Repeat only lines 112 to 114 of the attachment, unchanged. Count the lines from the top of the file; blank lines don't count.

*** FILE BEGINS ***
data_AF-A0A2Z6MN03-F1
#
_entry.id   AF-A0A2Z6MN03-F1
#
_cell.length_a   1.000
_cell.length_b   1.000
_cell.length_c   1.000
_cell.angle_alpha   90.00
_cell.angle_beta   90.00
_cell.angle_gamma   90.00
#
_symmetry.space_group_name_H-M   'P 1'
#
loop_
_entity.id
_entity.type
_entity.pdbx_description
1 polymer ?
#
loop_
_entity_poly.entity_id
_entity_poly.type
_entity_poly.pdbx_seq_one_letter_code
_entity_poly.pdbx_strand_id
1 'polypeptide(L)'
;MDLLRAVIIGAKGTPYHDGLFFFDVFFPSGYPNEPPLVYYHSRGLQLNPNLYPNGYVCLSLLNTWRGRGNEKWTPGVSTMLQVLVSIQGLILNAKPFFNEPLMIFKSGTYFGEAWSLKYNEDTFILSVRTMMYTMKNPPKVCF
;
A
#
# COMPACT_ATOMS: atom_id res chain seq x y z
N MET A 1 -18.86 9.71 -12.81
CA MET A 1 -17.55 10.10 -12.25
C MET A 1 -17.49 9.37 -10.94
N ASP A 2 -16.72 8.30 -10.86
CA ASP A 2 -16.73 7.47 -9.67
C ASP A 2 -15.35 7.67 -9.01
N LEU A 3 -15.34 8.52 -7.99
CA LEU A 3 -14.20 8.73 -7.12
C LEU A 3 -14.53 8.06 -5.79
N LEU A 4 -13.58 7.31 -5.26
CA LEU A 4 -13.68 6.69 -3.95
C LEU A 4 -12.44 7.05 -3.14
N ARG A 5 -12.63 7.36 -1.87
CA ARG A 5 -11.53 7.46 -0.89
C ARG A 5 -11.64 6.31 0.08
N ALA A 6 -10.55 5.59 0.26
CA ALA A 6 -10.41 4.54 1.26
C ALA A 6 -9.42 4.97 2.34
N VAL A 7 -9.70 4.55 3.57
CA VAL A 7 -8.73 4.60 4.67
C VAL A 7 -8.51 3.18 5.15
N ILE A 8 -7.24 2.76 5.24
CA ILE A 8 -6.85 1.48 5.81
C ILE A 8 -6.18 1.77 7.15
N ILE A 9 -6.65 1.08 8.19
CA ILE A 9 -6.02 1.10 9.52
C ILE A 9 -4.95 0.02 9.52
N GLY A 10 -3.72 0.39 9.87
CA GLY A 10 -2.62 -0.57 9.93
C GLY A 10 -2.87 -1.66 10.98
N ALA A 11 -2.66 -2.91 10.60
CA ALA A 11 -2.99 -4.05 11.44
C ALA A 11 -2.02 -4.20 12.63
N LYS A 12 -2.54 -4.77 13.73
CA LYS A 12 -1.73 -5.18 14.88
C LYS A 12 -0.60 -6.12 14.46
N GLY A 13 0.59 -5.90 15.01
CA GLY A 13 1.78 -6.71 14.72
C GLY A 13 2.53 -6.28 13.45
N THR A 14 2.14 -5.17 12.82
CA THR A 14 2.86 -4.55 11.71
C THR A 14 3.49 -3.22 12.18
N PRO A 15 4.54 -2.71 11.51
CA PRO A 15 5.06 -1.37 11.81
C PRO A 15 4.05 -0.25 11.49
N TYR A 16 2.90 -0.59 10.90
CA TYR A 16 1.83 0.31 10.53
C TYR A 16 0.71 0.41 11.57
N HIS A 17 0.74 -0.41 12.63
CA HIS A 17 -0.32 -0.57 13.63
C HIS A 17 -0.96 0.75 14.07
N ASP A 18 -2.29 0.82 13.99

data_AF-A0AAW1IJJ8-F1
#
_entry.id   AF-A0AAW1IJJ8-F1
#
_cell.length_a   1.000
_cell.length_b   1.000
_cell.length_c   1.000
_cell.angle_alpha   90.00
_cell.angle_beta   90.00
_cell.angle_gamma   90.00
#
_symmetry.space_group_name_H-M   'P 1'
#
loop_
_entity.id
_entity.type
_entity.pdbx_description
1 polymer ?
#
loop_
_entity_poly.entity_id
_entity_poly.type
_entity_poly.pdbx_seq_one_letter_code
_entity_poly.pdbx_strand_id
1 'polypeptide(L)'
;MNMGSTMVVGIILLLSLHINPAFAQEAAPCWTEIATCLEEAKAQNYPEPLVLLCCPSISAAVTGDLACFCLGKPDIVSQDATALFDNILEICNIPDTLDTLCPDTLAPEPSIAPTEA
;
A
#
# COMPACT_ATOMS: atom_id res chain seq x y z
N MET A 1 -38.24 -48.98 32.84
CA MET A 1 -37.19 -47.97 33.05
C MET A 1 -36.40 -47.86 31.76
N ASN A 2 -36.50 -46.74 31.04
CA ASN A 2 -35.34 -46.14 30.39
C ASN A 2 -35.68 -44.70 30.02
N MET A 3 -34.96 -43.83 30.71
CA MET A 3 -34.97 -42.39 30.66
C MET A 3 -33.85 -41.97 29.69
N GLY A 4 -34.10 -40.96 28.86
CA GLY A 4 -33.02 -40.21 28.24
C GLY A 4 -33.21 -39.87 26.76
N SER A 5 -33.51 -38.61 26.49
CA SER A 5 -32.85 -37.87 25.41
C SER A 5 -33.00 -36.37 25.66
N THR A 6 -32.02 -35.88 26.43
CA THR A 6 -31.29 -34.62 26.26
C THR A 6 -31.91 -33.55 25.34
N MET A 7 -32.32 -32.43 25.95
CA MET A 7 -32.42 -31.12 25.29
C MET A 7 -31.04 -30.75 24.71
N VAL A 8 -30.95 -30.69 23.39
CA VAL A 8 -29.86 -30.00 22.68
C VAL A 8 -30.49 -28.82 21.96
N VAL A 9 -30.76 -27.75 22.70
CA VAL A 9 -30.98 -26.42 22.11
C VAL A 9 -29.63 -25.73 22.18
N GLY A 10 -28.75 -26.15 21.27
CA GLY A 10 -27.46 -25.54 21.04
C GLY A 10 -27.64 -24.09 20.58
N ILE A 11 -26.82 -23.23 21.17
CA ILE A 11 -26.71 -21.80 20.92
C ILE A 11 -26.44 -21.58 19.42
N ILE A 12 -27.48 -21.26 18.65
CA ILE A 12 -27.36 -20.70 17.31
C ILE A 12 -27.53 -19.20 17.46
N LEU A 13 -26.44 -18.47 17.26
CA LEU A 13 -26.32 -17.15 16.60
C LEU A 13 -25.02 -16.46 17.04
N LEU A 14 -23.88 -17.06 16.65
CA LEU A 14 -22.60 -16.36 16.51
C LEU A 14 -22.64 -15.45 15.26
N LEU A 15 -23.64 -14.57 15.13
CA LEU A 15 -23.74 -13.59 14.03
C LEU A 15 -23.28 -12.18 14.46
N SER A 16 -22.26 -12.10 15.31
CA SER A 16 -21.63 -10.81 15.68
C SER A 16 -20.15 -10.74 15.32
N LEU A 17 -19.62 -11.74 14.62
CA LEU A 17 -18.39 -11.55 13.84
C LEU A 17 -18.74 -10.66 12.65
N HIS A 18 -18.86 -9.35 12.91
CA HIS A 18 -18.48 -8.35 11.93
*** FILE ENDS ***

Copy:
# COMPACT_ATOMS: atom_id res chain seq x y z
N MET A 1 -38.24 -48.98 32.84
CA MET A 1 -37.19 -47.97 33.05